Previously, we told you that HBO is considering acknowledging the Internet is not going anywhere, and starting up a Netflix-style service through your cable company. But either way, HBO is cuddling up to tech companies in a big way.
For example, it rolled out the premiere of Game of Thrones not in LA, but in Silicon Valley. Yes, granted there are lots of nerds there, but it’s about a lot more than just giving the audience what it wants where it wants it.
“Welcome to the new HBO,” said Will Richmond, a longtime cable executive and publisher of VideoNuze.com. “Two or three years ago, you wouldn’t have seen this mentality from HBO. But the network is trying to be much more tech forward and immerse itself in the tech community.”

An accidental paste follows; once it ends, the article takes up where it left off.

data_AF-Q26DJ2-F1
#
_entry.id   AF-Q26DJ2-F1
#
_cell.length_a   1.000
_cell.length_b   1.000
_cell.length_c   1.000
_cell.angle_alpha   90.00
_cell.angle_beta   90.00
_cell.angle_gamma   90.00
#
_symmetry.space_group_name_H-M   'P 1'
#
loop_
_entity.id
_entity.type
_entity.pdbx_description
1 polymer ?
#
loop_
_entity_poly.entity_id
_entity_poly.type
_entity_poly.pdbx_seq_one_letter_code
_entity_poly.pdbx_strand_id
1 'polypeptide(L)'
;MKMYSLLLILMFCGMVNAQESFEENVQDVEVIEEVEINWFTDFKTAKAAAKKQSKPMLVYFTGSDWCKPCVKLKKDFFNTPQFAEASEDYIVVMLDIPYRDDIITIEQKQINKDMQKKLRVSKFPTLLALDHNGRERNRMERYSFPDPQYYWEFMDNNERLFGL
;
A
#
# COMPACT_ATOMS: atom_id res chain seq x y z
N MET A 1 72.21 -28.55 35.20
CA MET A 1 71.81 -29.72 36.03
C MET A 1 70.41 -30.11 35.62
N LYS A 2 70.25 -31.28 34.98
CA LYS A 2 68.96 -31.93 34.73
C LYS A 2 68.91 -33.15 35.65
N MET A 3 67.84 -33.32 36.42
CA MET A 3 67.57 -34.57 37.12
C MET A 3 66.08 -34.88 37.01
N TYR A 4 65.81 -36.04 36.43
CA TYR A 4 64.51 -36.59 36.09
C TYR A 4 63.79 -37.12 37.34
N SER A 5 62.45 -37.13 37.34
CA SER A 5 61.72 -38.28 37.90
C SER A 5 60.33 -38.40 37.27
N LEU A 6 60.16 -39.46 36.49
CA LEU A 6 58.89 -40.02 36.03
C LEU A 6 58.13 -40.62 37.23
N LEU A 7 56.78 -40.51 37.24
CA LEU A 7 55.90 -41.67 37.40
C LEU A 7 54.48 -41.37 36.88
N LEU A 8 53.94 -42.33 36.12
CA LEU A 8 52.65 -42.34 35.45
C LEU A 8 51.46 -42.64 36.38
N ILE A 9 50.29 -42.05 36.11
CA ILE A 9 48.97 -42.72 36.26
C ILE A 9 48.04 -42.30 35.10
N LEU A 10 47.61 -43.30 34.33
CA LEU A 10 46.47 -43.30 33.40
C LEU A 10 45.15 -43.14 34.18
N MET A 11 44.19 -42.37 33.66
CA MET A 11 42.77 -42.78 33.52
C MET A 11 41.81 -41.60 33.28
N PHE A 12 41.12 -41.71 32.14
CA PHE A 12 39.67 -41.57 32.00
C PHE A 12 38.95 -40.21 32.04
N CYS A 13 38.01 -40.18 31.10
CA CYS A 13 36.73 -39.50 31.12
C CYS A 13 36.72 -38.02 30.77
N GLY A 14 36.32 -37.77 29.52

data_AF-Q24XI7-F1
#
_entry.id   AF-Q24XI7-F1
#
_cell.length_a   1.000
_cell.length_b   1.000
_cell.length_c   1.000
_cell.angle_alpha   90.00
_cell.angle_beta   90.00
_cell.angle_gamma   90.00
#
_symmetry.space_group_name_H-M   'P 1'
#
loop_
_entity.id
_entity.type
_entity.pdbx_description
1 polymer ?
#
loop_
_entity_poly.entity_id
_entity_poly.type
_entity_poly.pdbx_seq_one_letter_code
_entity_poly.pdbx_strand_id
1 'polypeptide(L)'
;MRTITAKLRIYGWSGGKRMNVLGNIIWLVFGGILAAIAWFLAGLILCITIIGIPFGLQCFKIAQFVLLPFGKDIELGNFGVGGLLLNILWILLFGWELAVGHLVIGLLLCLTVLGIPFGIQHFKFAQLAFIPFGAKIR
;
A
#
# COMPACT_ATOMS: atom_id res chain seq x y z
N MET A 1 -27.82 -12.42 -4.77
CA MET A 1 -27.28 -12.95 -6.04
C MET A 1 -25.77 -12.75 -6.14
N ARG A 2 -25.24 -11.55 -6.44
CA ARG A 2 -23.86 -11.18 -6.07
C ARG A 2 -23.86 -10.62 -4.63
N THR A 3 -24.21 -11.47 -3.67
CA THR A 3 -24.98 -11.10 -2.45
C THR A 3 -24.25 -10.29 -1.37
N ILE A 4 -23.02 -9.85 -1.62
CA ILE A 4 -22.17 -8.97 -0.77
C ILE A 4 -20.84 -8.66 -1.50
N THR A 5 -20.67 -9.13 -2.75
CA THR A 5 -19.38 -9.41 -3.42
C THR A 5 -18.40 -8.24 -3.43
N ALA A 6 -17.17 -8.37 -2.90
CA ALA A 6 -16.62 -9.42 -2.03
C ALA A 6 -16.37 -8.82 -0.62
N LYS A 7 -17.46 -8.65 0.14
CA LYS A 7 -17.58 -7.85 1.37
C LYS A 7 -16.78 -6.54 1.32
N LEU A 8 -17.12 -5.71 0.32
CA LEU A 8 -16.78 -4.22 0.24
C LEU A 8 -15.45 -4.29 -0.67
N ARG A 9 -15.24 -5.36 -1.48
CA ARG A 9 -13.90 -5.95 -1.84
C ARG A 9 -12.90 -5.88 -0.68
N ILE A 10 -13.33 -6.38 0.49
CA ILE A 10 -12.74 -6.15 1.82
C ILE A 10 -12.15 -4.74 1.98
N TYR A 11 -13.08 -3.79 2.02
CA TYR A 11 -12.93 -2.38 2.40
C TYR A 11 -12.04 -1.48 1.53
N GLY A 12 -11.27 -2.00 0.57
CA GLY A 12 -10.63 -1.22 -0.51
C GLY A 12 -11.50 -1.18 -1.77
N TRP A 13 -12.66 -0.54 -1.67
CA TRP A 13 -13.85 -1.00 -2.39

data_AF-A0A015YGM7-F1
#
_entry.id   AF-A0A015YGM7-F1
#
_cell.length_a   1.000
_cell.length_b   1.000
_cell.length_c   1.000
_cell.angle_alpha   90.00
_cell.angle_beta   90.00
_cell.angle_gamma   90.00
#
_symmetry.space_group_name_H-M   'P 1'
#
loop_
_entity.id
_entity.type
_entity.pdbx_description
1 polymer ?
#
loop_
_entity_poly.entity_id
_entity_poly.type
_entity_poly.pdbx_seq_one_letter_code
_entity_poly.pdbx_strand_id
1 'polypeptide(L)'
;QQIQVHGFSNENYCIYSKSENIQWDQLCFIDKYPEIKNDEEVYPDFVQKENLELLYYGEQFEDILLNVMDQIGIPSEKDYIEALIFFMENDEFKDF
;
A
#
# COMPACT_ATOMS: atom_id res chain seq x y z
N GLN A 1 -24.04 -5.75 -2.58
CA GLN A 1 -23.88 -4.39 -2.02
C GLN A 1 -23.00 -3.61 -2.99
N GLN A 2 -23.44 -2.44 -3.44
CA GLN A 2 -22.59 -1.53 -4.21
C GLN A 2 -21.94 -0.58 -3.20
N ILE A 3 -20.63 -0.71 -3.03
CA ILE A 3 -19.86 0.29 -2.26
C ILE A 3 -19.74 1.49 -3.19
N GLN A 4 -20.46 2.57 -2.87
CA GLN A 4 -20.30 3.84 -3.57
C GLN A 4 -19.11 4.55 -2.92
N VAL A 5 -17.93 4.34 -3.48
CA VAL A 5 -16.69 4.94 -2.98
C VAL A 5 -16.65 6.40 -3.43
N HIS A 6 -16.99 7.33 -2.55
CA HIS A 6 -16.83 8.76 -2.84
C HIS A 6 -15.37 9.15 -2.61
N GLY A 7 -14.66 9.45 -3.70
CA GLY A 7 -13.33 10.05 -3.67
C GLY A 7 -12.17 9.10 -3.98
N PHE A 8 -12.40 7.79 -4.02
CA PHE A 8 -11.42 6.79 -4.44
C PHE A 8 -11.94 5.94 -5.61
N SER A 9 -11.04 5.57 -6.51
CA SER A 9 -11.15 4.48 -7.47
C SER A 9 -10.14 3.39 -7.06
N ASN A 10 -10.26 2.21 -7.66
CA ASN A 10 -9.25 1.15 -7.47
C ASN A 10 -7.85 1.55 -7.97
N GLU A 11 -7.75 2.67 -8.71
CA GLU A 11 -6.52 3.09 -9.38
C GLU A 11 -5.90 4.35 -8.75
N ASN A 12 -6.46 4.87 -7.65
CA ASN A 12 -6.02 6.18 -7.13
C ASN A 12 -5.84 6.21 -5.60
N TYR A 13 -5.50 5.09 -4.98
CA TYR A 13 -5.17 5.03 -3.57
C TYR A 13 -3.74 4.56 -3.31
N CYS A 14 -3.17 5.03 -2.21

This is on top of other tech investments: HBO recently named one of the key personnel behind the Xbox, Otto Berkes, as its chief technology officer, and it also has a software office in Seattle.
So why the sudden about-face? Because the writing is on the wall. HBO makes a lot of money, estimated to be about $3 billion, but subscriber growth is flat and that revenue is tied to a collection of companies playing a game of economic chicken with its customers. HBO is happy for now but it also knows something bad could happen before they know it.
More to the point, HBO knows that there’s a market for its programming that is not being served: Game Of Thrones is the most pirated show on the air, and independent research has repeatedly shown that if you give the people a legal way to buy the things they want, they tend to stop stealing them.
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